Why? Let the little geniuses stand [or fall] on their own knowledge. Doesn't this verge on child exploitation...entertainment for adults?
"F.C.C. Opens an Inquiry for a Game Show on Fox"
February 20th, 2010
The New York Times
February 20th, 2010
The New York Times
The Federal Communications Commission is looking into whether the producers of the planned Fox game show “Our Little Genius” gave potential contestants the answers to some questions before taping episodes of the program last year.
In December, the parent of a child who was recruited for the quiz show sent a letter to the commission. The letter alleges that a few days before a planned taping, a member of the program’s production staff reviewed with the contestant and his parents a list of potential topics and gave specific answers to at least four questions that the child either did not know or about which he was unsure.
The letter, dated Dec. 17 and received by the F.C.C. on Dec. 22, was released Friday by the commission in response to a Freedom of Information Act request by The New York Times.
“Our Little Genius” was withdrawn from the Fox schedule on Jan. 7, six days before its premiere. Already heavily promoted by Fox, the program was to feature children 6 to 12 years old answering multipart, open-ended questions about specialized subject matter for the chance to win what the producers called “life-changing money.”
At the time of the withdrawal, Mark Burnett, the program’s creator and executive producer, said in a statement that questions had arisen about “how some information was relayed to contestants during the preproduction.” The network said it supported Mr. Burnett’s decision and agreed “there can be no question about the integrity of our shows.”
But people close to the production, who spoke on the condition of anonymity, also said at the time that contestants had not been given answers. That assertion is contradicted by the letter to the F.C.C.
For example, the letter states that when the child said that he didn’t know the British system of naming musical notes, he was told by the production staff member the names of four specific notes that “he needed to know,” including semibreve for whole note, crotchet for quarter note and quaver for eighth note. “He told us that it was very important to know that the hemidemisemiquaver is the British name for the sixty-fourth note,” the letter says.
For privacy reasons, the F.C.C. redacted the names of the author of the letter and the child contestant. The letter states that the child went to the studio for a taping on Dec. 8, but after a meeting with an attorney for Mark Burnett Productions, at which one of the child’s parents raised issues about some of the planned questions and the contest’s rules, the child’s appearance on the show was canceled.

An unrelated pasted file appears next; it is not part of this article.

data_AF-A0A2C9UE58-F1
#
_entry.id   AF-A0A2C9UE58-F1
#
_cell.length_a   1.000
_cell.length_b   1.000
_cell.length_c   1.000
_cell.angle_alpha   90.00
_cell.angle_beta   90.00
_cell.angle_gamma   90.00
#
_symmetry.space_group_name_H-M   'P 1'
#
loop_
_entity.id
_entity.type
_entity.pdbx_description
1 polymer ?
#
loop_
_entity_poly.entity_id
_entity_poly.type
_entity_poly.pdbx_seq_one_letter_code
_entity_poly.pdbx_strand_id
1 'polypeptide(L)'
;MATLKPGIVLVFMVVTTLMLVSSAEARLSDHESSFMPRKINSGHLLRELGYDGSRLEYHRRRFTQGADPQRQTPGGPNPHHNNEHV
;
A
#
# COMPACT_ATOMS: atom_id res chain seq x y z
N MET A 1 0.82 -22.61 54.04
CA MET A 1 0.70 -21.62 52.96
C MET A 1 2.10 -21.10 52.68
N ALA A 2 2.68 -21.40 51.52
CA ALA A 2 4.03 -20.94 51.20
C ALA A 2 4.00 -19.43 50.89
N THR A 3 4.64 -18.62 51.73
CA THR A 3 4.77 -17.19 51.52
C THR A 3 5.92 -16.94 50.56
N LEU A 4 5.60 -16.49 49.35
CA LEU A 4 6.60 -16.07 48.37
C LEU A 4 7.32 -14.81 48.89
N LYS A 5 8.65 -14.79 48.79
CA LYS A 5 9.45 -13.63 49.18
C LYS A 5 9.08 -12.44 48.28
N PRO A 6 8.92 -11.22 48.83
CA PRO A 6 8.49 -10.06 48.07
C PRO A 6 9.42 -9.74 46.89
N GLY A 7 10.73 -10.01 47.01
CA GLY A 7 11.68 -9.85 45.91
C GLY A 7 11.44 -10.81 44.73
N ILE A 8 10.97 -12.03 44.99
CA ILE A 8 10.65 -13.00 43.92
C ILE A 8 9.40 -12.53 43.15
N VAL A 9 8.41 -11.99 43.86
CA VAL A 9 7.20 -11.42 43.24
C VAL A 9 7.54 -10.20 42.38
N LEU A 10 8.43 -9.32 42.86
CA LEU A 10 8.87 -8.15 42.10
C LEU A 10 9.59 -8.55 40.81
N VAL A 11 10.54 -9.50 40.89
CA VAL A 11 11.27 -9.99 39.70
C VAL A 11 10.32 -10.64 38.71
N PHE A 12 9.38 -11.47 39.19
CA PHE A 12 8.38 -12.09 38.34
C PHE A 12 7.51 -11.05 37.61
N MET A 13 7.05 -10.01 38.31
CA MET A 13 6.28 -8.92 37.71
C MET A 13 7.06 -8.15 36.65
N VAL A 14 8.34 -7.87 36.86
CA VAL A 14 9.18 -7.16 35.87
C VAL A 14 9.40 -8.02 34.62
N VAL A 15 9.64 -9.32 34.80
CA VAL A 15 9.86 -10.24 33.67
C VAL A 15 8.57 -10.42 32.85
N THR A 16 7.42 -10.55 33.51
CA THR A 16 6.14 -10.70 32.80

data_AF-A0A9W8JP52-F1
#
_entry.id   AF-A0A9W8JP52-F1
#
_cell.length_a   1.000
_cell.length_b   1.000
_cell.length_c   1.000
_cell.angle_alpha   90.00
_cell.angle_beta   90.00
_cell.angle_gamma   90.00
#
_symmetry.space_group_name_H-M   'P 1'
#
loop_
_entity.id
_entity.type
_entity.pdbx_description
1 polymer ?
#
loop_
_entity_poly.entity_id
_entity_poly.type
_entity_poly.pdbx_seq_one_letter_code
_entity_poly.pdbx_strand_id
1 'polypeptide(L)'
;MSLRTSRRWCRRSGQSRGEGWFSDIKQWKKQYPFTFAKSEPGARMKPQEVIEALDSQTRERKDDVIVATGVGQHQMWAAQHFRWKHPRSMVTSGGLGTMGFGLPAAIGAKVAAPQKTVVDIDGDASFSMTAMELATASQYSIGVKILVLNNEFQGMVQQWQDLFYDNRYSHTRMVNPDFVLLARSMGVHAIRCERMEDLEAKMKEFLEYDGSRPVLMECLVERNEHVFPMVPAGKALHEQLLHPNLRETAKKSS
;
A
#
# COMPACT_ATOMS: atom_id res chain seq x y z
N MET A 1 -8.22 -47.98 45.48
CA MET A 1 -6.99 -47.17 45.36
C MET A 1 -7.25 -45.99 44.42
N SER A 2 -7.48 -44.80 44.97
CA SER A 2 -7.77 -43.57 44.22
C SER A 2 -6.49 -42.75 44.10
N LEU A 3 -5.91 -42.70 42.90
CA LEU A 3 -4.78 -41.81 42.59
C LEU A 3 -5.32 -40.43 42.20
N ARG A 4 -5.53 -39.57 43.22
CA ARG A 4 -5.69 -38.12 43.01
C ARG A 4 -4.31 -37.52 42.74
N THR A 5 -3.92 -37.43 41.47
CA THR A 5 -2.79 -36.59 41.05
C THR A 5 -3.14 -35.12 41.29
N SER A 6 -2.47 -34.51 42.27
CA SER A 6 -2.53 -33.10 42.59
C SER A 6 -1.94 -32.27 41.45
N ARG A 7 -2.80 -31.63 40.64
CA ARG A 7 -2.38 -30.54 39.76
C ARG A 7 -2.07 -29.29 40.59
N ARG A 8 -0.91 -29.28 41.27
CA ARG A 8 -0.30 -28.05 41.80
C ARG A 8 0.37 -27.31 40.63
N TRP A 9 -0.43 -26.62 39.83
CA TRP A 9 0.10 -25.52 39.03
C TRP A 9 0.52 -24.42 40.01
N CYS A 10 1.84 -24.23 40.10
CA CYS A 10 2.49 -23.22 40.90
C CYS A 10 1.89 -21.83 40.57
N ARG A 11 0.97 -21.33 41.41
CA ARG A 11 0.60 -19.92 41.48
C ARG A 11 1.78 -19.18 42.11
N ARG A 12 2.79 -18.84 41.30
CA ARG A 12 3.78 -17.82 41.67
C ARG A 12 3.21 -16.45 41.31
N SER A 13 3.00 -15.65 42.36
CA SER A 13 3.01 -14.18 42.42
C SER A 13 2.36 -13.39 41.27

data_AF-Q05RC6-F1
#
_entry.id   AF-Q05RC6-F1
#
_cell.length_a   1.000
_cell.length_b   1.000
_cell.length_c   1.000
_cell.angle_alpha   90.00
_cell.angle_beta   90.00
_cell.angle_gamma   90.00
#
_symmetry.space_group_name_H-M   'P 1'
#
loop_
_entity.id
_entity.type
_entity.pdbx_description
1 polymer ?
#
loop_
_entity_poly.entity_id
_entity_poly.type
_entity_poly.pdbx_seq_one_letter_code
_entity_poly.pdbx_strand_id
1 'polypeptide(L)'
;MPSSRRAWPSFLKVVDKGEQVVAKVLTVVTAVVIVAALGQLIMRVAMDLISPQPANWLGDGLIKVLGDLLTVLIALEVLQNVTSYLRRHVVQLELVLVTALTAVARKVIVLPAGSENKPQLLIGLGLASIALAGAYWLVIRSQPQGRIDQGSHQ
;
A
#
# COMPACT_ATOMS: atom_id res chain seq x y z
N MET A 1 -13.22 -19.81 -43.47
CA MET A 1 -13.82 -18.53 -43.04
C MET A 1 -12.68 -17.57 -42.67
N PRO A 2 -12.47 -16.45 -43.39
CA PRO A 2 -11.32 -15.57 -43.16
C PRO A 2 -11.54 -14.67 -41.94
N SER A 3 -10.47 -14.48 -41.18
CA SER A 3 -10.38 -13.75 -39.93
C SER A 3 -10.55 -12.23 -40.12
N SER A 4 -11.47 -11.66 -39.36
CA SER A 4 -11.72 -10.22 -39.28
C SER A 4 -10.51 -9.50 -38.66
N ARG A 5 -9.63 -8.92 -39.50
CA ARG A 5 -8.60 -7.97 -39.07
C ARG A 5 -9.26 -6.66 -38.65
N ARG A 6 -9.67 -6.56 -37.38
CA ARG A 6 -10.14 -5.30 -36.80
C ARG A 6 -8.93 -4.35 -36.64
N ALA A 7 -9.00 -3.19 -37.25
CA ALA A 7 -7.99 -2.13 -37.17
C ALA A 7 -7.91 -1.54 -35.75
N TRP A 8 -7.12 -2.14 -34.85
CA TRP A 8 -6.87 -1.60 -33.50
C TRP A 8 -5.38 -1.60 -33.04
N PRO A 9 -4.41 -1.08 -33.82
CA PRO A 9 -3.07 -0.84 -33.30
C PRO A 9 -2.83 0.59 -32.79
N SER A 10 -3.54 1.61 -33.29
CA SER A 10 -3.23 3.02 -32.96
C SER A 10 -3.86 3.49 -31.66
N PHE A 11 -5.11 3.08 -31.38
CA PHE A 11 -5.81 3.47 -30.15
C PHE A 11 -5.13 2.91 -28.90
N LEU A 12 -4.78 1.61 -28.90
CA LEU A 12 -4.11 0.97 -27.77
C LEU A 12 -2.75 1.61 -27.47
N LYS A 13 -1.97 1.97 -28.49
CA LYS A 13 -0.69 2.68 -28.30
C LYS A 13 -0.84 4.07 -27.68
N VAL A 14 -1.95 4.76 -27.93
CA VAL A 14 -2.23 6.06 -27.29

Section 508 of the Communications Act of 1934 makes it illegal for anyone to give, with the intent to deceive the viewing or listening public, assistance that will affect the outcome of a “purportedly bona fide contest of intellectual knowledge or intellectual skill.” That issue was behind the quiz show scandals of the 1950s.
Whether that occurred with the Fox game show, which has not been broadcast, is the subject of the F.C.C.’s inquiry, according to a person involved in the matter who was not authorized to speak publicly about it. As a matter of practice, the F.C.C. will neither confirm nor deny the existence of an investigation.
A spokeswoman for Fox Broadcasting said the network would not comment beyond its January statement.
An assistant to Mr. Burnett said on Friday that he was traveling overseas and unavailable for comment. Other officials at Mark Burnett Productions did not respond to a phone call and an e-mail message asking about the allegations in the letter.
The letter also alleges that a day before the contestant’s scheduled taping, the producers issued a rule change giving a player a second chance, or “reload,” if he failed to successfully answer any of the first four of 10 rounds of questions.
Attached to the letter is a document titled “Addendum to the Series Rules,” which states that “in the event the Little Genius answers question 1, 2, 3, or 4 incorrectly, the contestants will be entitled to the one (1) time opportunity, but not the obligation, to restart game play with a new question set.”
The troubles are a rare setback for Mr. Burnett, who is one of the most prolific producers of reality programming. He has created programs for all four major networks, including “Survivor,” “The Apprentice,” “Shark Tank” and “Are You Smarter Than a 5th Grader?”
In an interview last fall, he spoke confidently of his close involvement with every show. But in recent years he has been spreading himself more thinly, taking on numerous cable series and producing television events, including the MTV Movie Awards and the People’s Choice Awards.